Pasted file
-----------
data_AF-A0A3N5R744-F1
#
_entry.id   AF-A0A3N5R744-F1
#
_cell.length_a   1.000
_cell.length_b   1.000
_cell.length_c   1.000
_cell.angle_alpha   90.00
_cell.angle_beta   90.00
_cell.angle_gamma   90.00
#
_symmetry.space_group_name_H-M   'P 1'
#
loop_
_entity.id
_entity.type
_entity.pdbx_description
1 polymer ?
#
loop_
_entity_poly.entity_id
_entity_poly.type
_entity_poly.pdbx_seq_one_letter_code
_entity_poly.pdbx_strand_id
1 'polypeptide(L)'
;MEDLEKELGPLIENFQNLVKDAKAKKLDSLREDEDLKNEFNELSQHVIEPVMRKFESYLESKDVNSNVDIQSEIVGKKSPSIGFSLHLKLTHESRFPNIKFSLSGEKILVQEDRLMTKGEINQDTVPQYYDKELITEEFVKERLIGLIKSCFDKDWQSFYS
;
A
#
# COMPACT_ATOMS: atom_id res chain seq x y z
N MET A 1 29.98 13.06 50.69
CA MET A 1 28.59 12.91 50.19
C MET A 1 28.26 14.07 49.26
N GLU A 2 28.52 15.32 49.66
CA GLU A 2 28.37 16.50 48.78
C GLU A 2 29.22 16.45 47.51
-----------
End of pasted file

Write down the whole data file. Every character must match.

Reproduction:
data_AF-A0A3N5R744-F1
#
_entry.id   AF-A0A3N5R744-F1
#
_cell.length_a   1.000
_cell.length_b   1.000
_cell.length_c   1.000
_cell.angle_alpha   90.00
_cell.angle_beta   90.00
_cell.angle_gamma   90.00
#
_symmetry.space_group_name_H-M   'P 1'
#
loop_
_entity.id
_entity.type
_entity.pdbx_description
1 polymer ?
#
loop_
_entity_poly.entity_id
_entity_poly.type
_entity_poly.pdbx_seq_one_letter_code
_entity_poly.pdbx_strand_id
1 'polypeptide(L)'
;MEDLEKELGPLIENFQNLVKDAKAKKLDSLREDEDLKNEFNELSQHVIEPVMRKFESYLESKDVNSNVDIQSEIVGKKSPSIGFSLHLKLTHESRFPNIKFSLSGEKILVQEDRLMTKGEINQDTVPQYYDKELITEEFVKERLIGLIKSCFDKDWQSFYS
;
A
#
# COMPACT_ATOMS: atom_id res chain seq x y z
N MET A 1 29.98 13.06 50.69
CA MET A 1 28.59 12.91 50.19
C MET A 1 28.26 14.07 49.26
N GLU A 2 28.52 15.32 49.66
CA GLU A 2 28.37 16.50 48.78
C GLU A 2 29.22 16.45 47.51